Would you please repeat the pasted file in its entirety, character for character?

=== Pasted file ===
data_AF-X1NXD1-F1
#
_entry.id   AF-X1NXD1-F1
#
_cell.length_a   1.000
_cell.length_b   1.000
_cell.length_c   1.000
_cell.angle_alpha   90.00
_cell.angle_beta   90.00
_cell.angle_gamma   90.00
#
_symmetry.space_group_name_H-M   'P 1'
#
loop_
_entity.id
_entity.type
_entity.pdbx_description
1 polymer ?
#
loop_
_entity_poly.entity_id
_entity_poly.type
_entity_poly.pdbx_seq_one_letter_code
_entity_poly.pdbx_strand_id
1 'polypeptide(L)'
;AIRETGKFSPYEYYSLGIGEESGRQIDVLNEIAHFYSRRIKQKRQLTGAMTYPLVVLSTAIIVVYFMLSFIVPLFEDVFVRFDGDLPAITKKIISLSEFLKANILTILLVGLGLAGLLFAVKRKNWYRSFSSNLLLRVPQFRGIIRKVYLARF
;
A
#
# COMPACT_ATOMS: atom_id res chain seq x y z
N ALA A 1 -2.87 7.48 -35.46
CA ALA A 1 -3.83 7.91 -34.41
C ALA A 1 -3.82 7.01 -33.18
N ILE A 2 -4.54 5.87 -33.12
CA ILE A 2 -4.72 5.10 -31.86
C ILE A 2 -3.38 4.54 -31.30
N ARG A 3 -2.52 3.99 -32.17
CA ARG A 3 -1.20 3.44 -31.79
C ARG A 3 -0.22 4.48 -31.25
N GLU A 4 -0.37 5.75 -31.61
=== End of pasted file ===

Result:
data_AF-X1NXD1-F1
#
_entry.id   AF-X1NXD1-F1
#
_cell.length_a   1.000
_cell.length_b   1.000
_cell.length_c   1.000
_cell.angle_alpha   90.00
_cell.angle_beta   90.00
_cell.angle_gamma   90.00
#
_symmetry.space_group_name_H-M   'P 1'
#
loop_
_entity.id
_entity.type
_entity.pdbx_description
1 polymer ?
#
loop_
_entity_poly.entity_id
_entity_poly.type
_entity_poly.pdbx_seq_one_letter_code
_entity_poly.pdbx_strand_id
1 'polypeptide(L)'
;AIRETGKFSPYEYYSLGIGEESGRQIDVLNEIAHFYSRRIKQKRQLTGAMTYPLVVLSTAIIVVYFMLSFIVPLFEDVFVRFDGDLPAITKKIISLSEFLKANILTILLVGLGLAGLLFAVKRKNWYRSFSSNLLLRVPQFRGIIRKVYLARF
;
A
#
# COMPACT_ATOMS: atom_id res chain seq x y z
N ALA A 1 -2.87 7.48 -35.46
CA ALA A 1 -3.83 7.91 -34.41
C ALA A 1 -3.82 7.01 -33.18
N ILE A 2 -4.54 5.87 -33.12
CA ILE A 2 -4.72 5.10 -31.86
C ILE A 2 -3.38 4.54 -31.30
N ARG A 3 -2.52 3.99 -32.17
CA ARG A 3 -1.20 3.44 -31.79
C ARG A 3 -0.22 4.48 -31.25
N GLU A 4 -0.37 5.75 -31.61